Discover Big Bend

Named for a deep sweep in the Rio Grande River that divides the United States and Mexico, the Big Bend country of West Texas is a land of striking beauty—of vast desert expanses, craggy mountains forested with pine and aspen, topped with some of the bluest skies and clearest nights of any place in North America.




Far from any major city, the Big Bend is truly one of the world’s last frontiers, a relatively untouched corner of the American West, and an ideal place to rediscover the simple pleasures of silence, solitude, and open space. The crown jewel of the Big Bend region is Big Bend National Park, which preserves more than 1,100 square miles of rugged desert, the three massive canyons of the Rio Grande, and the entire Chisos Mountain range.

The park invites exploration from many angles: Raft or canoe down the Rio Grande, hike more than 200 miles of wilderness trails, ride a horse into the sunset, take a Jeep tour on the park’s extensive back-road system, or simply drive the paved and improved roads to many easily accessible scenic viewpoints and interpretive turn-outs. While Big Bend National Park is among the largest national parks in the continental United States, it is also among the least visited, and finding a private corner in this wild, remote country is easy, even during popular seasons.

Climbing into the heart of the Chisos Mountains, the road up Green Gulch dead-ends at the Chisos Basin, at about 5,000 feet above sea level. Surrounded by peaks towering over 7,500 feet in elevation, the Basin has a campground with 62 sites, as well as a ranger station, interpretive exhibits, and a convenience store. The Chisos Mountains Lodge offers comfortable overnight accommodations, and their dining room wins the prize for the best restaurant view in Texas as the sun sets over the desert through a jagged opening in the mountains known as The Window. The Basin’s high elevation and shaded paths create a spring-like oasis, even in the dead of summer.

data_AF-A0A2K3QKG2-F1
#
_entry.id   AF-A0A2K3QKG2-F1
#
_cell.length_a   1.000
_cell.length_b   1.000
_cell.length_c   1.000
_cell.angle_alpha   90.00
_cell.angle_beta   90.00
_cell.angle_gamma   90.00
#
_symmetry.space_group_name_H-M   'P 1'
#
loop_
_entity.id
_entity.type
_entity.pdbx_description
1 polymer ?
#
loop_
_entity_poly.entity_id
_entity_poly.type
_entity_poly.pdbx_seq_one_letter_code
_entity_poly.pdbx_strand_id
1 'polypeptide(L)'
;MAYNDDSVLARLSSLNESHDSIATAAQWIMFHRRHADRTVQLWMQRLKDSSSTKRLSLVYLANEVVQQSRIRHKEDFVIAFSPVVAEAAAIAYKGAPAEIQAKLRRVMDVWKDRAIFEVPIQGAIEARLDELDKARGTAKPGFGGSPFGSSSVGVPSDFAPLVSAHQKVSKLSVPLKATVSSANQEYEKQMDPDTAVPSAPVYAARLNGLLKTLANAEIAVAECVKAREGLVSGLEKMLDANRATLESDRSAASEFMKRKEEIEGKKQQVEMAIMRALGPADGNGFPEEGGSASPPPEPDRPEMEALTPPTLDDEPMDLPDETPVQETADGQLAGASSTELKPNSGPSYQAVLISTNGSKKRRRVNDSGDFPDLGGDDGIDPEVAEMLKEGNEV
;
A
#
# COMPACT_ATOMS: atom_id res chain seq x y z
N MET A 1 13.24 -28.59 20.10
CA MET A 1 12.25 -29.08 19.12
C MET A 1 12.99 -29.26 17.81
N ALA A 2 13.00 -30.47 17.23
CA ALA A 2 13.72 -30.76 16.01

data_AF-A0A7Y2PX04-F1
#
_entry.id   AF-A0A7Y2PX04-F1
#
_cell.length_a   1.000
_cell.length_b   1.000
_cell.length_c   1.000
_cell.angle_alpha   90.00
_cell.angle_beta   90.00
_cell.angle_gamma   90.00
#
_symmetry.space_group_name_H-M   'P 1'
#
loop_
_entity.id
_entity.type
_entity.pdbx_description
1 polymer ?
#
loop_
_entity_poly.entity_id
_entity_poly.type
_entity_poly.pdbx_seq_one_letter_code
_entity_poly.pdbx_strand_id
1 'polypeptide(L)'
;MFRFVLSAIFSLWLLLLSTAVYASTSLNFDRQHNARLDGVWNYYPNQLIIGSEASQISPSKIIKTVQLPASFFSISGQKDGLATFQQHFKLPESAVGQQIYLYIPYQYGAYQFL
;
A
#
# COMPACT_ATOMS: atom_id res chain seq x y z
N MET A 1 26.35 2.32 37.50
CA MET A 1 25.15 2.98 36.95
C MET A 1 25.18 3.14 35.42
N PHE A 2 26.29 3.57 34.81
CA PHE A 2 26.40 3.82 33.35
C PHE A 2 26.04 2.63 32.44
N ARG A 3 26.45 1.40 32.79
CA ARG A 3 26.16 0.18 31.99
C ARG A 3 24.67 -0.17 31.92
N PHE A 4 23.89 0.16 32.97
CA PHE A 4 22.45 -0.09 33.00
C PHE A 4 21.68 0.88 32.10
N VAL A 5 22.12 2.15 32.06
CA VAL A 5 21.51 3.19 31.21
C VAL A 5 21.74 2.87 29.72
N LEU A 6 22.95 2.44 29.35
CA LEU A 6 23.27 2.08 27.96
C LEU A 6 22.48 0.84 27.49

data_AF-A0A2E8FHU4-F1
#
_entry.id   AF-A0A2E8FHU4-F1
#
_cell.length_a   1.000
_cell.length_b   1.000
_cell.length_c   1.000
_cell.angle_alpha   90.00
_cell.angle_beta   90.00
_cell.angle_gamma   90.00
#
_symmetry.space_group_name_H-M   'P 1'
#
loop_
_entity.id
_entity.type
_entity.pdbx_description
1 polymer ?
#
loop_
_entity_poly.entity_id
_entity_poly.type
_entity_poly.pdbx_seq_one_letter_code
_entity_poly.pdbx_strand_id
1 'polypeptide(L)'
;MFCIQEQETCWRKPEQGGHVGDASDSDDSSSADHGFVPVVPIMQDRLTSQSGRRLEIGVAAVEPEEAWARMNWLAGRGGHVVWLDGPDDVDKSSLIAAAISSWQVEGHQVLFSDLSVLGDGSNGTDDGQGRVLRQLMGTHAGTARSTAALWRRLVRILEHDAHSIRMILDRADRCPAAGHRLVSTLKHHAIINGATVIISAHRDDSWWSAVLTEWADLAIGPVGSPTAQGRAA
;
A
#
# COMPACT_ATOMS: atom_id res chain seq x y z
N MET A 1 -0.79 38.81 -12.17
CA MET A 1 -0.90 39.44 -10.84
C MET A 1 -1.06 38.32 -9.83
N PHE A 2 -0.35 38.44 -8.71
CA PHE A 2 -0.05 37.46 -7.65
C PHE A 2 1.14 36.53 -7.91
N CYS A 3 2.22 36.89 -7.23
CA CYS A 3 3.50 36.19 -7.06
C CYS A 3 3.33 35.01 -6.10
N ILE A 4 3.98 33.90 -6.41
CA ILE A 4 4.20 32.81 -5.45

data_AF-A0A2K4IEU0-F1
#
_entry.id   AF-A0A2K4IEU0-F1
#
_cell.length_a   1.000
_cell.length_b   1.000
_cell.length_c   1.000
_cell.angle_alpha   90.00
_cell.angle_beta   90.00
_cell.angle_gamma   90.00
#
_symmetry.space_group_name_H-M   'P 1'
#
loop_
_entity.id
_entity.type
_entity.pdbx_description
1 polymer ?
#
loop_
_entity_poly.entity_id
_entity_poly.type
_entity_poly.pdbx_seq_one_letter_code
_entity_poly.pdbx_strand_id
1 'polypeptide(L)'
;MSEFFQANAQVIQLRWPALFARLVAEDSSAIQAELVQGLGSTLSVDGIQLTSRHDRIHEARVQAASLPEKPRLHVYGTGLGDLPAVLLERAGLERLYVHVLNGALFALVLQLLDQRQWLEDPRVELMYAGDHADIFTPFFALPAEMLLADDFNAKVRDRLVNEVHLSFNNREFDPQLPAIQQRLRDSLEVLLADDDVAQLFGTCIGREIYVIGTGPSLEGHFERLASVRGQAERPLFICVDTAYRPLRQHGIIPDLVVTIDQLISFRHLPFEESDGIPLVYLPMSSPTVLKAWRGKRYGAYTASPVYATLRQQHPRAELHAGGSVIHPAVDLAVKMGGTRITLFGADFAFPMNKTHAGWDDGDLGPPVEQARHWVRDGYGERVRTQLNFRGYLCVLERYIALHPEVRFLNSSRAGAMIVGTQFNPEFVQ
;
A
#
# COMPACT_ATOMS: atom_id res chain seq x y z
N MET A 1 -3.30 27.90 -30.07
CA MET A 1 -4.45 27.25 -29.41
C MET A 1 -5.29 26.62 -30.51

The Big Bend’s Chihuahuan Desert boasts the greatest number of cacti of any North American desert, as well as plentiful vegetation of all varieties: Big Bend National Park records over 1,200 plant species. The desert explodes into bloom every March and April, and many species only need a good rain to put on a show. The low desert also reveals the tremendous geological diversity of Big Bend, be it the gnarled pinnacles of the Chimneys Trail marked with Native American rock art, or the surreal landscape and balanced rocks of the Grapevine Hills. Big Bend has great hiking opportunities for every season and for every skill level.

Flowing through Big Bend National Park and the adjacent U.S. Wild and Scenic River, the Rio Grande traverses 5 major canyons in 275 miles of navigable wilderness waterway. Although each canyon is unique in its own spectacular fashion, every canyon is typified by soaring vertical cliffs, which dwarf visitors fortunate enough to experience these sublime regions. Once within the towering walls, a river party finds the natural sounds and sights mysteriously enhanced, almost like inside a vast cathedral. As one author noted about Santa Elena Canyon, “if light were sound, Santa Elena would be a symphony.”

Service providers near the park rent boats and equipment to experienced river runners to explore the canyons on their own, or visitors may book a full service guided trip, where the outfitter provides all equipment, guides, meals, and local ground transportation in one simple package. These excursions are available from a few hours to several days in length. Be prepared to have more fun that you ever thought possible. In addition to the expertise that guides bring to safe navigation, local guides are knowledgeable in the flora, fauna, geology, and history of the region. Special services include gourmet meals and live music, introducing an unexpected element of luxury to an activity most first think of as an entirely Spartan undertaking.

Some visitors explore the Big Bend the way that the early pioneers did—on horseback. Big Bend Stables, a local outfitter, offers a range of horseback adventures, from one-hour rides around the mountain to five-day outings into Mexico. Their premier trip, however, is the annual longhorn round-up at Big Bend Ranch State Park, where a limited number of participants help drive the steers during the day and enjoy outfitted amenities and camp cooking. Big Bend Stables welcomes riders of all levels of experience, even those who have never been on horseback before.



Information Courtesy of Texas Monthly 

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